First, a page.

Special Purpose Charters

Today, the OCC released an interpretive letter concluding that national banks and federal savings associations (together, “banks”) may permissibly provide cryptocurrency custody services for customers.  The letter, written by Chief Counsel Jonathan Gould, describes custody of cryptocurrency as a modern form of the traditional banking activity of providing safekeeping and custody services, which the agency has previously permitted banks to conduct through electronic means.  The letter also “reaffirms the OCC’s position that national banks may provide permissible banking services to any lawful business they choose, including cryptocurrency businesses, so long as they effectively manage the risks and comply with applicable law.”

Continue Reading OCC Interpretation Paves Way for Banks to Custody Cryptocurrency

On October 25, 2018, the Conference of State Bank Supervisors (“CSBS”) filed a complaint in the United States District Court for the District of Columbia to stop the Office of the Comptroller of the Currency (“OCC”) from issuing special purpose national bank charters to fintech companies.  The lawsuit follows a similar suit against the OCC by the New York State Department of Financial Services (“DFS”) in the United States District Court for the Southern District of New York, which we discussed in September.

Continue Reading State Regulators Renew OCC Suit Over Fintech Charter

On September 14, 2018, Superintendent of the New York State Department of Financial Services (“NYSDFS”) Maria T. Vullo filed a complaint in federal court against the U.S. Office of the Comptroller of the Currency (“OCC”) to block the OCC from issuing any special purpose national bank (“SPNB”) charters. The OCC announced last month, after much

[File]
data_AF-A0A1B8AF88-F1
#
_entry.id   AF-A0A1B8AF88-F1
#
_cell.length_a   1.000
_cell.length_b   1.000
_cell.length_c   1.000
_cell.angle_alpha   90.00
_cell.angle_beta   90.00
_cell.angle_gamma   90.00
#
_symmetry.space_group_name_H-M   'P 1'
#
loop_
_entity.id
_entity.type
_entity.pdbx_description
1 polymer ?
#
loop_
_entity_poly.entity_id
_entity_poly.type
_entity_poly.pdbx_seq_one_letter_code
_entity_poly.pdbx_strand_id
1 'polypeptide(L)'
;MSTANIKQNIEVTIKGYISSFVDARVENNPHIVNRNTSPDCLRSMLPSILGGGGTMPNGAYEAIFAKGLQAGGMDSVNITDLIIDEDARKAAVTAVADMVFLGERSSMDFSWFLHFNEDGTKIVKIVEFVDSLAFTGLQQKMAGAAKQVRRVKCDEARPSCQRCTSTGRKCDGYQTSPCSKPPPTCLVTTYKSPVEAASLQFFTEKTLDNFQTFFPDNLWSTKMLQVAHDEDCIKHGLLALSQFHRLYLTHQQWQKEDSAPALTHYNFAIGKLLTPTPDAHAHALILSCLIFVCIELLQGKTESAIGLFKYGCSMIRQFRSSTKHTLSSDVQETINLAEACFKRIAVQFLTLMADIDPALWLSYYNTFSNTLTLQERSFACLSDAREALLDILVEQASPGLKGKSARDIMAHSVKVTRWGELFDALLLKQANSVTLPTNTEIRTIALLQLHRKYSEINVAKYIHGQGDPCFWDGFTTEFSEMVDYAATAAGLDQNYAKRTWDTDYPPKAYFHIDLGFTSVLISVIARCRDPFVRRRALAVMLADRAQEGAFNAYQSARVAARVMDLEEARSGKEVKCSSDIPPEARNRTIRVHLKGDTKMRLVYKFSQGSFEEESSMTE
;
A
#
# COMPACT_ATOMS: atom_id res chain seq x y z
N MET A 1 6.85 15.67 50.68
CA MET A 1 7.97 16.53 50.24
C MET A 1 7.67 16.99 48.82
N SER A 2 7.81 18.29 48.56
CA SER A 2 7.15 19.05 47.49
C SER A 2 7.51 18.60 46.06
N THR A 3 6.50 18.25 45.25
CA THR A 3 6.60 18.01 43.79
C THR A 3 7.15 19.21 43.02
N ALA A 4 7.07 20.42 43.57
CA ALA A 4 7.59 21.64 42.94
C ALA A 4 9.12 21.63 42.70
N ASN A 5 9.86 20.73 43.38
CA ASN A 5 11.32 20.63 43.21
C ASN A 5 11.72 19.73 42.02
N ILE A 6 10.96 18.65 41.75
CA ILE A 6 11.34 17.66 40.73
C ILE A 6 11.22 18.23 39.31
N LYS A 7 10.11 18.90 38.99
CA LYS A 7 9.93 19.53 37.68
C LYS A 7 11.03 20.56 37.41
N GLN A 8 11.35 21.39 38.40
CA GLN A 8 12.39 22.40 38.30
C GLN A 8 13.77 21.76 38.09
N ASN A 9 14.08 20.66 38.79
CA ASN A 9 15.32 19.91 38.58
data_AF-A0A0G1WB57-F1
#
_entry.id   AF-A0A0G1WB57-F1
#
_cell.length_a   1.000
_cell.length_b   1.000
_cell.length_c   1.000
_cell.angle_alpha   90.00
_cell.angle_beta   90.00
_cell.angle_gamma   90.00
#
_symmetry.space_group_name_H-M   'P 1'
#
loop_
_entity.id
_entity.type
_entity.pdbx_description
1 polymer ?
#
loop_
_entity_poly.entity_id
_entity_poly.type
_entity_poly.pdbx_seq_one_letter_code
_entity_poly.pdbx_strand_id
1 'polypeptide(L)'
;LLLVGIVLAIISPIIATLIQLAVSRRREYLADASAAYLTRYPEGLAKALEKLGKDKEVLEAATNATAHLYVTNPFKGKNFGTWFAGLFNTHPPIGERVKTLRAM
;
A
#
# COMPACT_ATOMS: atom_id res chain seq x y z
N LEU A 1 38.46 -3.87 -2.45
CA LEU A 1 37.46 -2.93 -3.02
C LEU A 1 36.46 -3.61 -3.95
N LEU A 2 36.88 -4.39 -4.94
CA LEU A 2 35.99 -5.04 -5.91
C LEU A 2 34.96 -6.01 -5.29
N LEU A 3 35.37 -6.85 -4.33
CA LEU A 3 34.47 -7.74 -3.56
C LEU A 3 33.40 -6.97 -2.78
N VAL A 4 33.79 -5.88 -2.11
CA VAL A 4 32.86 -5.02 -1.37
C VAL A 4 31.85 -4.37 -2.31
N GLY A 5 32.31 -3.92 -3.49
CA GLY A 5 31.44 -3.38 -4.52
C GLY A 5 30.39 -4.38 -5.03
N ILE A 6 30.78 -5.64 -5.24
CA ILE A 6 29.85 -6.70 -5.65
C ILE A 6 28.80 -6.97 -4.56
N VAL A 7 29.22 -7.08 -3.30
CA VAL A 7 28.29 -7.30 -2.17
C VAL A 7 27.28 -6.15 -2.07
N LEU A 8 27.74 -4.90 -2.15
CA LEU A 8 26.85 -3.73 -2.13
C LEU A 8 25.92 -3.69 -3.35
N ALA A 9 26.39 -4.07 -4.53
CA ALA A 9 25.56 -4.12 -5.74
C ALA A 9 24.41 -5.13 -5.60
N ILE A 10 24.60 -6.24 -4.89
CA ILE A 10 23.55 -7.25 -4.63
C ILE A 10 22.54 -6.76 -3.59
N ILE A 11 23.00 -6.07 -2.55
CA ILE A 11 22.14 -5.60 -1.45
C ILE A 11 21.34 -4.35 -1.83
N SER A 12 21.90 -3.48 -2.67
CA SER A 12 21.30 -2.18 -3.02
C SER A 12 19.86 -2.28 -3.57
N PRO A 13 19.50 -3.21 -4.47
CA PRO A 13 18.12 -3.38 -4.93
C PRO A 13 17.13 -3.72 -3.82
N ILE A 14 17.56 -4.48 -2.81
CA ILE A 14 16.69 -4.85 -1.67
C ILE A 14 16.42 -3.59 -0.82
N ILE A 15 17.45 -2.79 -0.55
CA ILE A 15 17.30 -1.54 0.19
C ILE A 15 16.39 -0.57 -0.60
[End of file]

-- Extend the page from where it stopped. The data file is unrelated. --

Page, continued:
The Office of the Comptroller of the Currency (“OCC”) announced yesterday that a nondepository financial technology (“fintech”) company that engages in a core banking activity, such as paying checks or lending money, can now apply for a special purpose national bank (“SPNB”) charter. This announcement followed shortly after the release of the Treasury Department’s report on nonbank financials, fintech, and innovation, which recommended that the OCC move forward with the charter.

Comptroller of the Currency Joseph M. Otting stated that allowing fintech companies to apply for special purpose national bank charters “helps provide more choices to consumers and businesses, and creates greater opportunity for companies that want to provide banking services in America.”  Comptroller Otting concluded that “companies that provide banking services in innovative ways deserve the opportunity to pursue that business on a national scale as a federally chartered, regulated bank.”

The OCC stated that its decision is consistent with broader government efforts to promote economic opportunity and supports innovation in financial services.  The OCC has made clear that fintech companies with SPNB charters will not be authorized to accept FDIC-insured deposits.  The OCC emphasized that every application by a fintech company for a SPNB charter will be evaluated on the basis of its facts and circumstances and that fintech companies that become special purpose national banks initially will be subject to heightened supervision initially, similar to any de novo bank.

A SPNB charter would be useful in providing a more uniform regulatory framework instead of the current patchwork of state licensing and rate cap regulation that applies to many fintech companies.  The charter also may enable a fintech company to gain direct access to the payment system, subject to the Federal Reserve’s willingness to grant such access.  A company that obtains a SPNB charter also may have less of a need to enter into a partnership with a bank depending on its business model.

Continue Reading The OCC Will Move Forward to Accept Applications for Special Purpose National Bank Charters for Fintech Companies